Home > Radical Islam, Theology and Eschatology, Wars and Rumors of War > Daniel 9:27 Redux: Will Antichrist Make A False 7-Year Peace Treaty With Israel?

Daniel 9:27 Redux: Will Antichrist Make A False 7-Year Peace Treaty With Israel?


By ICA

Proverbs 27:17, “As iron sharpens iron, so a friend sharpens a friend.”

Also see the complementary article titled “Daniel 9:27 And The Confirmation Of The Covenant – A Peace Treaty?” for an in-depth examination of Daniel’s 70th week …

BookOfDanielOne of the most commonly held positions by many premillennial Christians today asserts that the time leading up to the Second Coming of Christ will be immediately preceded by a seven-year “peace treaty” signed between Antichrist and Israel. While I had at one time held to this position myself, subsequent studies have lead me to conclude that there is no solid Biblical basis for this view, only interpretative assumptions. Years of personal study as it relates to Biblical eschatology has also made it apparent to me that, even though we’d all love to believe we have every aspect of the prophetic texts completely figured out, we still continue to see as through a glass darkly. With as many opinions regarding secondary doctrines as there are Christian denominations, one obvious reality is that there is not a single pastor or teacher or author who has a complete and perfect understanding of Scripture or that is free from error, myself included, indicating that one interpretative method or hermeneutical approach alone cannot provide all the answers that we so often seek as students of Scripture.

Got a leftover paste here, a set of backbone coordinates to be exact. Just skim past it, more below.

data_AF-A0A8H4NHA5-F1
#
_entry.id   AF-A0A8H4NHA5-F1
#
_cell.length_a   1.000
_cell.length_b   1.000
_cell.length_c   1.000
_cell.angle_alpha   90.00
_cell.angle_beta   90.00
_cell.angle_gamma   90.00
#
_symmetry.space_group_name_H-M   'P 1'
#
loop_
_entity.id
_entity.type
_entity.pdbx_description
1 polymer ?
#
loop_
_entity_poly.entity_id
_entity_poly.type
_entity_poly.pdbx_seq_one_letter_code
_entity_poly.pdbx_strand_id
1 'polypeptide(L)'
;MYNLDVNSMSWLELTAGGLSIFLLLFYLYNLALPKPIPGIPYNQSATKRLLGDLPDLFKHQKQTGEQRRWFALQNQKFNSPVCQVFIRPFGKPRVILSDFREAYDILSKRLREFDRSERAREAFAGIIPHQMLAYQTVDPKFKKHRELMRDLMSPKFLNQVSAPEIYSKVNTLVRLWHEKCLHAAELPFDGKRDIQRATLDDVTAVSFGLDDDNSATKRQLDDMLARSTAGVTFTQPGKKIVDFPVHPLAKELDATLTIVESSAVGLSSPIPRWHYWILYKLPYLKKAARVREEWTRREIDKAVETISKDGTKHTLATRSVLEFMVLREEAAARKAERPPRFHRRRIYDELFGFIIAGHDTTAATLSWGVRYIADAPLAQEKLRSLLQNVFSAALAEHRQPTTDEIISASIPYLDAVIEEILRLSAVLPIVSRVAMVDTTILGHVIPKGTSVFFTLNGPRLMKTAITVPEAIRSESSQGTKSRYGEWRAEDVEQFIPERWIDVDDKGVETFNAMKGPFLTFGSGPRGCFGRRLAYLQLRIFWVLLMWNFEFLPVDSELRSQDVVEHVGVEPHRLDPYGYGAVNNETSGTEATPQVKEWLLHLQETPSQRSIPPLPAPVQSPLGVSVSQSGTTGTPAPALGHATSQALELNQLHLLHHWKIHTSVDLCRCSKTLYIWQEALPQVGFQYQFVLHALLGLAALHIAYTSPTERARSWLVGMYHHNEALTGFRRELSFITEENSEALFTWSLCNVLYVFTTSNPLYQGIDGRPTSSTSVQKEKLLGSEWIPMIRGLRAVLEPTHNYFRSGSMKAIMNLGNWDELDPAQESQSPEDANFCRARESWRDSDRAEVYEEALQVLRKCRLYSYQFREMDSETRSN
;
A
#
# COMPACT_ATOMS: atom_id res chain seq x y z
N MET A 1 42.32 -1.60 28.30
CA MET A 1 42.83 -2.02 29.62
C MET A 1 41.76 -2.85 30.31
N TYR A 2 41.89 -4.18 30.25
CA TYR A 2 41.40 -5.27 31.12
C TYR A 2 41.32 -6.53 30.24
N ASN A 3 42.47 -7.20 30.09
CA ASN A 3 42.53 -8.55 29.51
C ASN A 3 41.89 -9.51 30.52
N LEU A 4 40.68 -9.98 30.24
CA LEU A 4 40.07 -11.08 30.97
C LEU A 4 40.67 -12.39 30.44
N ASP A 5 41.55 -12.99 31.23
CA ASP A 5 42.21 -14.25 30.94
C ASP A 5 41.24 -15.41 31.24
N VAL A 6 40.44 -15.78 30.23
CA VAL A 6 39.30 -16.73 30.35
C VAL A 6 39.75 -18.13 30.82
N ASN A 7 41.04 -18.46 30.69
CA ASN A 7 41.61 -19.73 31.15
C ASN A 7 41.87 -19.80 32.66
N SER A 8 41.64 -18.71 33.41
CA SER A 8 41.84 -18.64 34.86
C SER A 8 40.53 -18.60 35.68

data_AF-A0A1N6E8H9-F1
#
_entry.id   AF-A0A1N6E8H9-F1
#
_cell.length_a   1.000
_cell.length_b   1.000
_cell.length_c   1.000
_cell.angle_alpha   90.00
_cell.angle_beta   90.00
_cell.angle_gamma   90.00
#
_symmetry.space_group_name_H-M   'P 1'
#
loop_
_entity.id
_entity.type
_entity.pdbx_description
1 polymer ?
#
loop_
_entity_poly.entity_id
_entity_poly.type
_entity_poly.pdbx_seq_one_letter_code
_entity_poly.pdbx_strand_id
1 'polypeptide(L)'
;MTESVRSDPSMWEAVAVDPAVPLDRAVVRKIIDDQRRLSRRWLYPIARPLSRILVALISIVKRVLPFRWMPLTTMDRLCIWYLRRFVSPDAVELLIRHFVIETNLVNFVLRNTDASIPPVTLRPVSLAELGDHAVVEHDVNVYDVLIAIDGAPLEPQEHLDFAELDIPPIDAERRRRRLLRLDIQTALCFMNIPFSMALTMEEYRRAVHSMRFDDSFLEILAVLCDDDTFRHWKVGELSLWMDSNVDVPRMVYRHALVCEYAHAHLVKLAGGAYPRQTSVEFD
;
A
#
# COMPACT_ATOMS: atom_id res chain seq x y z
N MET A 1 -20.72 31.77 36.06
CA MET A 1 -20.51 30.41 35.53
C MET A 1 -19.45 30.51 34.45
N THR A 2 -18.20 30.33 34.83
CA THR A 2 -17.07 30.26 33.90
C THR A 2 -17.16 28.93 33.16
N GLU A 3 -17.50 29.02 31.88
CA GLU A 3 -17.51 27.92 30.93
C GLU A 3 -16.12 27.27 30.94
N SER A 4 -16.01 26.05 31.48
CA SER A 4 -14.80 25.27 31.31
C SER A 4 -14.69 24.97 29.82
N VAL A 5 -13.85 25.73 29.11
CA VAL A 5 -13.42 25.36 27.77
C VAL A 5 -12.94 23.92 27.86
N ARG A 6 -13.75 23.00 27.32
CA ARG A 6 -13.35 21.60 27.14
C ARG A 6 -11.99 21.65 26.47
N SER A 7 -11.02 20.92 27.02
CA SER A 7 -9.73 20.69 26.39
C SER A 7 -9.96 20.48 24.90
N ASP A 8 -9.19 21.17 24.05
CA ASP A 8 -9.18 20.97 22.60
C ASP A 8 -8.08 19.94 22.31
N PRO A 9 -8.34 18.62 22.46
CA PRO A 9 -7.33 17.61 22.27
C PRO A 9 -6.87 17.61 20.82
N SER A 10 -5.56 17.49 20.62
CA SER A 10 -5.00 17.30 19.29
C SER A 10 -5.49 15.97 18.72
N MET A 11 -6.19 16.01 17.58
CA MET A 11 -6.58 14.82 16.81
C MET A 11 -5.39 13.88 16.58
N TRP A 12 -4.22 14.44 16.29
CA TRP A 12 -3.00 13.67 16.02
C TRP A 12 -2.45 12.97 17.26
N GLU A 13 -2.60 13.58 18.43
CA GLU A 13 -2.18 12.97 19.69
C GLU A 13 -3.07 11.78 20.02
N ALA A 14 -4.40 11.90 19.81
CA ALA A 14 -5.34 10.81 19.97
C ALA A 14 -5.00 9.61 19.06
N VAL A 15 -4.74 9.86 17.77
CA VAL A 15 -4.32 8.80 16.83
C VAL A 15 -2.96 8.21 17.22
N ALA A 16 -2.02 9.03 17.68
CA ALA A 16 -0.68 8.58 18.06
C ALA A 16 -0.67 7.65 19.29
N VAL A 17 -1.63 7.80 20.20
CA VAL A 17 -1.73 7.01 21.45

As brothers and sisters in Christ, we can vigorously debate secondary doctrines (these must never be allowed to divide us) yet remain united on the essentials of our faith. Recently, I had the pleasure of engaging in a spirited debate regarding the prophecy of Daniel 9:24-27 with Joel Richardson, author of “Mideast Beast” (which I highly recommend) and a brother in Christ whom I esteem highly. Following our debate, Joel felt it was necessary to defend the view which posits an upcoming seven-year peace treaty between Israel and Antichrist by writing a subsequent article titled “The Antichrist’s False Peace Treaty” and offering a number of reasons why he believed it to be a sound, tenable position. What I present to you, however, are reasons why I believe it is not.